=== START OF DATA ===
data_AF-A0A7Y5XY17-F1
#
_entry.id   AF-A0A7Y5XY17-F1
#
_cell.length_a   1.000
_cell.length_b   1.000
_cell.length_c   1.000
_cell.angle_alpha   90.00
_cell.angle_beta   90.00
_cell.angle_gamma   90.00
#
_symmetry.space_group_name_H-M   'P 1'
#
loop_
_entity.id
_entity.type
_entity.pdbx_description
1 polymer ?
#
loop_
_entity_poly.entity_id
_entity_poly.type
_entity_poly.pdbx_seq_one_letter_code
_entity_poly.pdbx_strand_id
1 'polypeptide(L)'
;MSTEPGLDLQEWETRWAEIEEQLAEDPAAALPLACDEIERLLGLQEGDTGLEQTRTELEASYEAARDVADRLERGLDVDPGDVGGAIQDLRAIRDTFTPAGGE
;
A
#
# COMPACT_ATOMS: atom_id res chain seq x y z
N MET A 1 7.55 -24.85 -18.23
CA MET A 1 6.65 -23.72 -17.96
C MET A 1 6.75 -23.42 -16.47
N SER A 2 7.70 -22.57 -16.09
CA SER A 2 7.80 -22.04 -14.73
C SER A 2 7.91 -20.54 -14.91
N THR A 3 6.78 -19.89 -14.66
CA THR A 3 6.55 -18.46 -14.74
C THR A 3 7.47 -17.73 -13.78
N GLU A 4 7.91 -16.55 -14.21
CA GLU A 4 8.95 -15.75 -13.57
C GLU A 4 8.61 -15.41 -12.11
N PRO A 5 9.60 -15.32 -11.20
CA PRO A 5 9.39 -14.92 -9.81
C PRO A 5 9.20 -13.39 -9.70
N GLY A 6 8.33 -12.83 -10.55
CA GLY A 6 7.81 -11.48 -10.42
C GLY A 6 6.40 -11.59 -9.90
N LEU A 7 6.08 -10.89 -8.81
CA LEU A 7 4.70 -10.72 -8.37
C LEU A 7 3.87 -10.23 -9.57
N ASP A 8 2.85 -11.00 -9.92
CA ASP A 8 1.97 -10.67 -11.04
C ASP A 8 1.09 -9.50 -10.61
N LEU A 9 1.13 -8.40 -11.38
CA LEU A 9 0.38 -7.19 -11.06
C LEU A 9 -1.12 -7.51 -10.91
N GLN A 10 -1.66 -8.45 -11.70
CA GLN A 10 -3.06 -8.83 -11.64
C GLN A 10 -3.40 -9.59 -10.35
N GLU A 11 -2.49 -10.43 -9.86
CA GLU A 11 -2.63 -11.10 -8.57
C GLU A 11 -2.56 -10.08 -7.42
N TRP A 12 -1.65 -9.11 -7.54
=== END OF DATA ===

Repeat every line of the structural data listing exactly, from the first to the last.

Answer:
data_AF-A0A7Y5XY17-F1
#
_entry.id   AF-A0A7Y5XY17-F1
#
_cell.length_a   1.000
_cell.length_b   1.000
_cell.length_c   1.000
_cell.angle_alpha   90.00
_cell.angle_beta   90.00
_cell.angle_gamma   90.00
#
_symmetry.space_group_name_H-M   'P 1'
#
loop_
_entity.id
_entity.type
_entity.pdbx_description
1 polymer ?
#
loop_
_entity_poly.entity_id
_entity_poly.type
_entity_poly.pdbx_seq_one_letter_code
_entity_poly.pdbx_strand_id
1 'polypeptide(L)'
;MSTEPGLDLQEWETRWAEIEEQLAEDPAAALPLACDEIERLLGLQEGDTGLEQTRTELEASYEAARDVADRLERGLDVDPGDVGGAIQDLRAIRDTFTPAGGE
;
A
#
# COMPACT_ATOMS: atom_id res chain seq x y z
N MET A 1 7.55 -24.85 -18.23
CA MET A 1 6.65 -23.72 -17.96
C MET A 1 6.75 -23.42 -16.47
N SER A 2 7.70 -22.57 -16.09
CA SER A 2 7.80 -22.04 -14.73
C SER A 2 7.91 -20.54 -14.91
N THR A 3 6.78 -19.89 -14.66
CA THR A 3 6.55 -18.46 -14.74
C THR A 3 7.47 -17.73 -13.78
N GLU A 4 7.91 -16.55 -14.21
CA GLU A 4 8.95 -15.75 -13.57
C GLU A 4 8.61 -15.41 -12.11
N PRO A 5 9.60 -15.32 -11.20
CA PRO A 5 9.39 -14.92 -9.81
C PRO A 5 9.20 -13.39 -9.70
N GLY A 6 8.33 -12.83 -10.55
CA GLY A 6 7.81 -11.48 -10.42
C GLY A 6 6.40 -11.59 -9.90
N LEU A 7 6.08 -10.89 -8.81
CA LEU A 7 4.70 -10.72 -8.37
C LEU A 7 3.87 -10.23 -9.57
N ASP A 8 2.85 -11.00 -9.92
CA ASP A 8 1.97 -10.67 -11.04
C ASP A 8 1.09 -9.50 -10.61
N LEU A 9 1.13 -8.40 -11.38
CA LEU A 9 0.38 -7.19 -11.06
C LEU A 9 -1.12 -7.51 -10.91
N GLN A 10 -1.66 -8.45 -11.70
CA GLN A 10 -3.06 -8.83 -11.64
C GLN A 10 -3.40 -9.59 -10.35
N GLU A 11 -2.49 -10.43 -9.86
CA GLU A 11 -2.63 -11.10 -8.57
C GLU A 11 -2.56 -10.08 -7.42
N TRP A 12 -1.65 -9.11 -7.54